This paper from 2011 is a good example of what scientists do, if they do not get showered with money from various government agencies. (Hint. They end up discovering the truth.)
Transposable elements (TEs) are conventionally identified in eukaryotic genomes by alignment to consensus element sequences. Using this approach, about half of the human genome has been previously identified as TEs and low- complexity repeats. We recently developed a highly sensitive alternative de novo strategy, P-clouds, that instead searches for clusters of high-abundance oligonucleotides that are related in sequence space (oligo clouds). We show here that P-clouds predicts >840 Mbp of additional repetitive sequences in the human genome, thus suggesting that 66%69% of the human genome is repetitive or repeat-derived. To investigate this remarkable difference, we conducted detailed analyses of the ability of both P-clouds and a commonly used conventional approach, RepeatMasker (RM), to detect different sized fragments of the highly abundant human Alu and MIR SINEs. RM can have surprisingly low sensitivity for even moderately long fragments, in contrast to P-clouds, which has good sensitivity down to small fragment sizes (?25 bp). Although short fragments have a high intrinsic probability of being false positives, we performed a probabilistic annotation that reflects this fact. We further developed element-specific P-clouds (ESPs) to identify novel Alu and MIR SINE elements, and using it we identified ?100 Mb of previously unannotated human elements. ESP estimates of new MIR sequences are in good agreement with RM- based predictions of the amount that RM missed. These results highlight the need for combined, probabilistic genome annotation approaches and suggest that the human genome consists of substantially more repetitive sequence than previously believed.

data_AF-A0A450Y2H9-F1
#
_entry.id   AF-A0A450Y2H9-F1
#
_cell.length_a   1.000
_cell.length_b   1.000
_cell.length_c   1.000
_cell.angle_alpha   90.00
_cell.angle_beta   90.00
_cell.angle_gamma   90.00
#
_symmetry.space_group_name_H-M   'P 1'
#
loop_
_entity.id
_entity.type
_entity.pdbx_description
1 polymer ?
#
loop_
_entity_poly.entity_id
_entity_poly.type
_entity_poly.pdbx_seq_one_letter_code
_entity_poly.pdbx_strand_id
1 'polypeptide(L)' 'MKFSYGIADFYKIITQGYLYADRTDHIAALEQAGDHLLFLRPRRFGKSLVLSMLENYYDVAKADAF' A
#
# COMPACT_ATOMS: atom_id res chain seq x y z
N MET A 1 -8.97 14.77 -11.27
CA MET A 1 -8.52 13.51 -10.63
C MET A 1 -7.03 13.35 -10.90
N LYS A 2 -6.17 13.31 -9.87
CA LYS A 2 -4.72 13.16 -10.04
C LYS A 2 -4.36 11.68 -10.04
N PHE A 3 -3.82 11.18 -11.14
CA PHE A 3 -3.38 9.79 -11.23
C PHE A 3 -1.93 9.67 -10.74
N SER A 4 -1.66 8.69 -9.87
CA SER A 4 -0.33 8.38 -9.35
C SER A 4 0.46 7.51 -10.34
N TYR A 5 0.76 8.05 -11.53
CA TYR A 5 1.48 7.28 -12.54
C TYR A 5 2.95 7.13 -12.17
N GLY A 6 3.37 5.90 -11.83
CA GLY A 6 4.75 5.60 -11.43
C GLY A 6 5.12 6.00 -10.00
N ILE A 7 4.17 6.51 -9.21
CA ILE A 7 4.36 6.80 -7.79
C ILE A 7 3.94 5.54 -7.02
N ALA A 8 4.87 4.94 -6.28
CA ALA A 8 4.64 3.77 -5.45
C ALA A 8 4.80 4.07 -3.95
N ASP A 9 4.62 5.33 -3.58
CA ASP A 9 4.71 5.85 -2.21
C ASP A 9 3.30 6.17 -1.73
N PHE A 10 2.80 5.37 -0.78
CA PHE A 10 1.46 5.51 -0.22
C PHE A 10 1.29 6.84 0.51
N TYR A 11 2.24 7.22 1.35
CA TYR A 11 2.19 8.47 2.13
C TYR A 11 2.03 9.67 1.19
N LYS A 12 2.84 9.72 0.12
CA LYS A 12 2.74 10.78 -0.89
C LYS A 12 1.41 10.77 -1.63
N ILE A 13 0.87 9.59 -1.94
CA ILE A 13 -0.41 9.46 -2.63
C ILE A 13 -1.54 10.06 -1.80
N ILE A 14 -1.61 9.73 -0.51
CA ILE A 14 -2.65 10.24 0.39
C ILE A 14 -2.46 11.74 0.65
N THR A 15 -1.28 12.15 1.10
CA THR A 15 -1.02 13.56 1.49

Quite the opposite happens with too much money.